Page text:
The rest of this article is only available to active members of Questia

Sign up now for a free, 1-day trial and receive full access to:

  • Questia's entire collection
  • Automatic bibliography creation
  • More helpful research tools like notes, citations, and highlights
  • Ad-free environment

Already a member? Log in now.

Notes for this article

Add a new note
If you are trying to select text to create highlights or citations, remember that you must now click or tap on the first word, and then click or tap on the last word.
One moment ...
Project items

Items saved from this article

This article has been saved
Highlights (0)
Some of your highlights are legacy items.

Highlights saved before July 30, 2012 will not be displayed on their respective source pages.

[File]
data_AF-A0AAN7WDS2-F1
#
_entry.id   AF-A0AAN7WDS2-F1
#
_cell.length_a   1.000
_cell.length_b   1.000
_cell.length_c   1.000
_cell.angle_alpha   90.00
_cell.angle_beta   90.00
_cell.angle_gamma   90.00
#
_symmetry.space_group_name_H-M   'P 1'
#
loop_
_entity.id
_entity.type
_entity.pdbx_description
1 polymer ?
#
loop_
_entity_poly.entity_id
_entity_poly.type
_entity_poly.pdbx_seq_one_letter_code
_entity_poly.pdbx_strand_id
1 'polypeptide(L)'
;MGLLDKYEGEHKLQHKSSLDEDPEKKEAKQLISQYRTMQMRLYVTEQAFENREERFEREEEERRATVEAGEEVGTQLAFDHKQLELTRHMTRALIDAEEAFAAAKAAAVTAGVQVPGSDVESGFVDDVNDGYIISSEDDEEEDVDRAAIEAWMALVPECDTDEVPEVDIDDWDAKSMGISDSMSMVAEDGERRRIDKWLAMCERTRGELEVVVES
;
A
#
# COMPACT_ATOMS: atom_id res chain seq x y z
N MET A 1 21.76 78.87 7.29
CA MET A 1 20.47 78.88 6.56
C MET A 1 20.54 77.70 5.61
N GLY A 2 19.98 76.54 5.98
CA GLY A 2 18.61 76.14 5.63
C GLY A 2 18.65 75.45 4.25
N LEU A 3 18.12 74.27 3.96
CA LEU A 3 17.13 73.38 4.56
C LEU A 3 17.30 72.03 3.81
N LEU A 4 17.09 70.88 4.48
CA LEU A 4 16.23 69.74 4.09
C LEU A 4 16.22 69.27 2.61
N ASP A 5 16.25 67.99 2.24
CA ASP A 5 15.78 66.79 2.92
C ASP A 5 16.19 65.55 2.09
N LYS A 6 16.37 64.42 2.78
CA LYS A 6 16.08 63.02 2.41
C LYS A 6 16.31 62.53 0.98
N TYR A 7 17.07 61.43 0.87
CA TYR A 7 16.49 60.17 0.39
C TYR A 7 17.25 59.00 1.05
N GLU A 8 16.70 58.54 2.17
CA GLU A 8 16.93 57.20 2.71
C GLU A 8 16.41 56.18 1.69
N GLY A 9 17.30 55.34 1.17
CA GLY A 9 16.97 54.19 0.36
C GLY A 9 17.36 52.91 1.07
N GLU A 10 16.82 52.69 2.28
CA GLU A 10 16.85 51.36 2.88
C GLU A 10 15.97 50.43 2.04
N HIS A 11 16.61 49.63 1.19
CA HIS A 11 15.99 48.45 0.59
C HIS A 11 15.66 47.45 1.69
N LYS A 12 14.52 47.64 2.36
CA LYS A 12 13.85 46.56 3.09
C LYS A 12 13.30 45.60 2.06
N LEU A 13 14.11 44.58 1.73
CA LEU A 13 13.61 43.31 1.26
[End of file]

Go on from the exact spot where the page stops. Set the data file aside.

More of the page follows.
You can easily re-create the highlights by opening the book page or article, selecting the text, and clicking “Highlight.”

Citations (0)
Some of your citations are legacy items.

Any citation created before July 30, 2012 will labeled as a “Cited page.” New citations will be saved as cited passages, pages or articles.

We also added the ability to view new citations from your projects or the book or article where you created them.

Notes (0)
Bookmarks (0)

You have no saved items from this article

Project items include:
  • Saved book/article
  • Highlights
  • Quotes/citations
  • Notes
  • Bookmarks
Notes
Cite this article

Cited article

Style
Citations are available only to our active members.
Sign up now to cite pages or passages in MLA, APA and Chicago citation styles.

(Einhorn, 1992, p. 25)

(Einhorn 25)

1